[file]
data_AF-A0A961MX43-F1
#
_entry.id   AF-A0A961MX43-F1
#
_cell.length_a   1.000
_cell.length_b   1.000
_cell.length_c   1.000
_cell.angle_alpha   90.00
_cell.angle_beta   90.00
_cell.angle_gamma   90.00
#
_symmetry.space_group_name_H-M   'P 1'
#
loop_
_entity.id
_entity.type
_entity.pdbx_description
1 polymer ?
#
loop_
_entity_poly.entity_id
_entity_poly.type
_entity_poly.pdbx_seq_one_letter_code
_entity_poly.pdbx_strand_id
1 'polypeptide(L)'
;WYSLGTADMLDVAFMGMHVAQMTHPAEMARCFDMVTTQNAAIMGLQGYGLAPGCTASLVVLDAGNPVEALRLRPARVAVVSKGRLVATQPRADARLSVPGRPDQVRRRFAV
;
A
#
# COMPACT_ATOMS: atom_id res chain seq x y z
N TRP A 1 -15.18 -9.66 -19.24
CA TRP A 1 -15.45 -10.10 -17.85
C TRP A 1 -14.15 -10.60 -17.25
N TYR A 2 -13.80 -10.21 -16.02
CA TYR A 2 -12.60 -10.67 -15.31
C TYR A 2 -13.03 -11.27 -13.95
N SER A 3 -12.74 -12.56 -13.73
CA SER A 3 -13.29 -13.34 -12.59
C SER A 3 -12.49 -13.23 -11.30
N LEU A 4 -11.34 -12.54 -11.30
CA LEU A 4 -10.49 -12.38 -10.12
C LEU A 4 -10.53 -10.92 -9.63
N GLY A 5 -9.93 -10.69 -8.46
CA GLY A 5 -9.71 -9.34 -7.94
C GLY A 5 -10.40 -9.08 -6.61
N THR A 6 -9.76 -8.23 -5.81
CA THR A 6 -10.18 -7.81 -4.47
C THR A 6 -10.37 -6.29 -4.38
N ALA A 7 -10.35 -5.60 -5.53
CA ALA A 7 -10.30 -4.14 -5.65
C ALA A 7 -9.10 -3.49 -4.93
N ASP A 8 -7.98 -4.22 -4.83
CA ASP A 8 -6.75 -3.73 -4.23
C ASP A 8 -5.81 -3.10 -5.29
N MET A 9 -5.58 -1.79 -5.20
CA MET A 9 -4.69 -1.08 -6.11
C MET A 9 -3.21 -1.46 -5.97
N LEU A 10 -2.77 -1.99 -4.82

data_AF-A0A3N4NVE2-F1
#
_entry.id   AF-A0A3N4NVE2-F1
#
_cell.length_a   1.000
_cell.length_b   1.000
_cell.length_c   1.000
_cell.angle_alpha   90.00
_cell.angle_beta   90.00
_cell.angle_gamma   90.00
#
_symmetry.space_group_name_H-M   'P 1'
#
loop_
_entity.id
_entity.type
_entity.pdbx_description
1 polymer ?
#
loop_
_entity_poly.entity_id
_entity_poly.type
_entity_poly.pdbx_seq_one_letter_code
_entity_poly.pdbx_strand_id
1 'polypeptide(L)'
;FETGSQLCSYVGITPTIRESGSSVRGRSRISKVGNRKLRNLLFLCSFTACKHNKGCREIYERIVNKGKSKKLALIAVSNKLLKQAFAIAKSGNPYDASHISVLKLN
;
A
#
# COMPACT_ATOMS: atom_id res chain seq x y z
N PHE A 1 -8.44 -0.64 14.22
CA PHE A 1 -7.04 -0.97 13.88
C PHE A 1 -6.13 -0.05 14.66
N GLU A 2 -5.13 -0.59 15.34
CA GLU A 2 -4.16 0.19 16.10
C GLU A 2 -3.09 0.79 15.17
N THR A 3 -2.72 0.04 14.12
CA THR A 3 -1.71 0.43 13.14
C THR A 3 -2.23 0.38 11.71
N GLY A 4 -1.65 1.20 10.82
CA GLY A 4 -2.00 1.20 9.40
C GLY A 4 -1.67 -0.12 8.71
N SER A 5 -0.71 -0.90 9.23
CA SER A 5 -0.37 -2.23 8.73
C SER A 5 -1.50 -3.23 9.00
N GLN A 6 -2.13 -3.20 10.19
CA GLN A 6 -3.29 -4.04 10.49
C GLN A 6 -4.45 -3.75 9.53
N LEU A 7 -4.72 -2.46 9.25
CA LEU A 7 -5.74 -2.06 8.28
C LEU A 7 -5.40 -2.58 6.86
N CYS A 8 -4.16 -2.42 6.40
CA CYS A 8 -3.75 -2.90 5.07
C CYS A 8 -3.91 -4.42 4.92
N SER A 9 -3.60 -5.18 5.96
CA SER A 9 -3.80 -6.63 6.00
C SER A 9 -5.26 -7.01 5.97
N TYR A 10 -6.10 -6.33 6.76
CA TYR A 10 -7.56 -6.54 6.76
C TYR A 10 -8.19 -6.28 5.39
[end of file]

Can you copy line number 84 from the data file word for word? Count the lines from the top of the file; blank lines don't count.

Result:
;FETGSQLCSYVGITPTIRESGSSVRGRSRISKVGNRKLRNLLFLCSFTACKHNKGCREIYERIVNKGKSKKLALIAVSNKLLKQAFAIAKSGNPYDASHISVLKLN